In order to plot a course and stick with a heading you are going to need to see where you're going. A globe allows you to find your location and navigate to it using a system of grids, known as latitude and longitude. Latitude is a series of parallel lines which run east and west on a globe. Longitudinal lines run north and south. The points at which these imaginary lines intersect can give you precise locations, which you can use on your map/navigation system to plot your course. Distance and speed are important factors in navigation as well since they help you determine the length of your voyage, as well as help you prepare for other requirements such as how much food and water you will need for the trip, and what sorts of weather conditions and tides you may encounter.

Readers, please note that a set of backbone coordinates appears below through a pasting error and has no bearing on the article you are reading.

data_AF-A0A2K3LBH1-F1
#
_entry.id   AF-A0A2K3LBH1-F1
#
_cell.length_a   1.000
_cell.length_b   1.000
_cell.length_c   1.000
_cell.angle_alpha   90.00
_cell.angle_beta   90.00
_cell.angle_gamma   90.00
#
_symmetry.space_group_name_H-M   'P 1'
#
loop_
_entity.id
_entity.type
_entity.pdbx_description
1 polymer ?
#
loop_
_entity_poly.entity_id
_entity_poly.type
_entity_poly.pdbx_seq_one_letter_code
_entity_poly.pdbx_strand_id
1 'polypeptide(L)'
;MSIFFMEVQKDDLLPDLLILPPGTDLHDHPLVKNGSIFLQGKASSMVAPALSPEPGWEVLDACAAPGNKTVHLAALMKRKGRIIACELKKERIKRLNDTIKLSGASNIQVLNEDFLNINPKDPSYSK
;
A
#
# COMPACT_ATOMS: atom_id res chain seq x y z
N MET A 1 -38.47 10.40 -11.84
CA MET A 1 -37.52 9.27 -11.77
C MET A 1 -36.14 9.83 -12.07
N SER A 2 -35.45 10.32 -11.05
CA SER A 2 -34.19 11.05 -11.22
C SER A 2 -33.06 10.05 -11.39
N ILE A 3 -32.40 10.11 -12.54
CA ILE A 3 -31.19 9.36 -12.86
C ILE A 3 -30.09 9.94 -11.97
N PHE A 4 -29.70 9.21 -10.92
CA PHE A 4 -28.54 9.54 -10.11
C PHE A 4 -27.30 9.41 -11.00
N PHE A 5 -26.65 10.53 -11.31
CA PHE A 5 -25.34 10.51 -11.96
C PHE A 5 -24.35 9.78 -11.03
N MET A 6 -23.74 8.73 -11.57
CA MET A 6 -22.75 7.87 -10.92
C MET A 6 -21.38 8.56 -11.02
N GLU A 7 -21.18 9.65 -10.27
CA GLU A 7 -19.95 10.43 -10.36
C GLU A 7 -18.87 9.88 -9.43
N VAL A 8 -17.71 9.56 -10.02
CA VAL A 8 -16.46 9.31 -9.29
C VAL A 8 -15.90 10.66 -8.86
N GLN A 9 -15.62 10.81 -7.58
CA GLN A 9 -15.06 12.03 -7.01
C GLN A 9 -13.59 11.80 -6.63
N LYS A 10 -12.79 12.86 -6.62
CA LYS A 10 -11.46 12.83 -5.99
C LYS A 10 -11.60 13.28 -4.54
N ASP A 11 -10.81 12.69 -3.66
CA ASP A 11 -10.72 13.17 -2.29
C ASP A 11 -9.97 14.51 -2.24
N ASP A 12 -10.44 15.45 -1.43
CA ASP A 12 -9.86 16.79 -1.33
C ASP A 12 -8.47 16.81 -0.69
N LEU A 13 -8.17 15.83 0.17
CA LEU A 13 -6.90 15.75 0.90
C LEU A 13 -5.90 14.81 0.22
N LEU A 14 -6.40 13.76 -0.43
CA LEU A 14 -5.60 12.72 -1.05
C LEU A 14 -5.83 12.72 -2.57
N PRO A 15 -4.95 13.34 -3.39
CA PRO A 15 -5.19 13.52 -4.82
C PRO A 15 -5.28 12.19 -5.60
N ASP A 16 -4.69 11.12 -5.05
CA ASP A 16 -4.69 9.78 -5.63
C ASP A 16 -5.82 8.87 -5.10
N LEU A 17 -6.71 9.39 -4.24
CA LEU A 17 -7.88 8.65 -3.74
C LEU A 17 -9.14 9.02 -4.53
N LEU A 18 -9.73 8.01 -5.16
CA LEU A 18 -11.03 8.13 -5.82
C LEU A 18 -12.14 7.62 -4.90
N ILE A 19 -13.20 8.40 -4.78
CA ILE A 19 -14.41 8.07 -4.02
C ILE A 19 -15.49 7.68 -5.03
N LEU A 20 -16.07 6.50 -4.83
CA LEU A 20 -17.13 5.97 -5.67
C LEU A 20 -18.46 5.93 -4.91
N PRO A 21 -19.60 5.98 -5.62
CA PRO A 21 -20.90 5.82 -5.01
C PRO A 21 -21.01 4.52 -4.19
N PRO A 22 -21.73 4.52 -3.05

Nautical navigation is made simple with an easy-to-use route planner. You can use plotters and charting kits to find your way with tried and true methods or let electronic charts, which use GPS technology, lead the way. Whether it is centuries-old methods such as sextants and compasses, or electronics, there are many marine navigation instruments to help you find your way:
Lesser experienced navigators can trust the accuracy of electronic charts without the training required for paper charts.